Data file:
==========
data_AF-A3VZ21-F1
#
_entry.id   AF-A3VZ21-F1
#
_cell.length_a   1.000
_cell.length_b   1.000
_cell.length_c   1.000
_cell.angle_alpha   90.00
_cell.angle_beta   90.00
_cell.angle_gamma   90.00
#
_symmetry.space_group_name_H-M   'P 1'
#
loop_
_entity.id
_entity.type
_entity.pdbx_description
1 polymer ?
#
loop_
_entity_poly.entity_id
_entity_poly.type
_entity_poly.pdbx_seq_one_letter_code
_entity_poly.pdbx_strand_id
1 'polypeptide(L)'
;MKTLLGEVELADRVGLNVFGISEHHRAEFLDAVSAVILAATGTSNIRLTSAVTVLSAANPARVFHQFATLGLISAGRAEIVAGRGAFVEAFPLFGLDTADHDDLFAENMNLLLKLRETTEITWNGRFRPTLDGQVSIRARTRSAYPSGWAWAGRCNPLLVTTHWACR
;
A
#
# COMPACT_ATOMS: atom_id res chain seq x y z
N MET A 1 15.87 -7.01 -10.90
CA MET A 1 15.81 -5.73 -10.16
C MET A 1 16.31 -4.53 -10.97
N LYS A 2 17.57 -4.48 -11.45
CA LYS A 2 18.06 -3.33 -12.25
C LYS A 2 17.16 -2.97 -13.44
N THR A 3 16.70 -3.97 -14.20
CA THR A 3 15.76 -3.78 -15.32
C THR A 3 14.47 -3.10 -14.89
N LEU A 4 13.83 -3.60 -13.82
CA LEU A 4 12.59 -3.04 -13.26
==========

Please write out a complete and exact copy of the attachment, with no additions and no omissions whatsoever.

data_AF-A3VZ21-F1
#
_entry.id   AF-A3VZ21-F1
#
_cell.length_a   1.000
_cell.length_b   1.000
_cell.length_c   1.000
_cell.angle_alpha   90.00
_cell.angle_beta   90.00
_cell.angle_gamma   90.00
#
_symmetry.space_group_name_H-M   'P 1'
#
loop_
_entity.id
_entity.type
_entity.pdbx_description
1 polymer ?
#
loop_
_entity_poly.entity_id
_entity_poly.type
_entity_poly.pdbx_seq_one_letter_code
_entity_poly.pdbx_strand_id
1 'polypeptide(L)'
;MKTLLGEVELADRVGLNVFGISEHHRAEFLDAVSAVILAATGTSNIRLTSAVTVLSAANPARVFHQFATLGLISAGRAEIVAGRGAFVEAFPLFGLDTADHDDLFAENMNLLLKLRETTEITWNGRFRPTLDGQVSIRARTRSAYPSGWAWAGRCNPLLVTTHWACR
;
A
#
# COMPACT_ATOMS: atom_id res chain seq x y z
N MET A 1 15.87 -7.01 -10.90
CA MET A 1 15.81 -5.73 -10.16
C MET A 1 16.31 -4.53 -10.97
N LYS A 2 17.57 -4.48 -11.45
CA LYS A 2 18.06 -3.33 -12.25
C LYS A 2 17.16 -2.97 -13.44
N THR A 3 16.70 -3.97 -14.20
CA THR A 3 15.76 -3.78 -15.32
C THR A 3 14.47 -3.10 -14.89
N LEU A 4 13.83 -3.60 -13.82
CA LEU A 4 12.59 -3.04 -13.26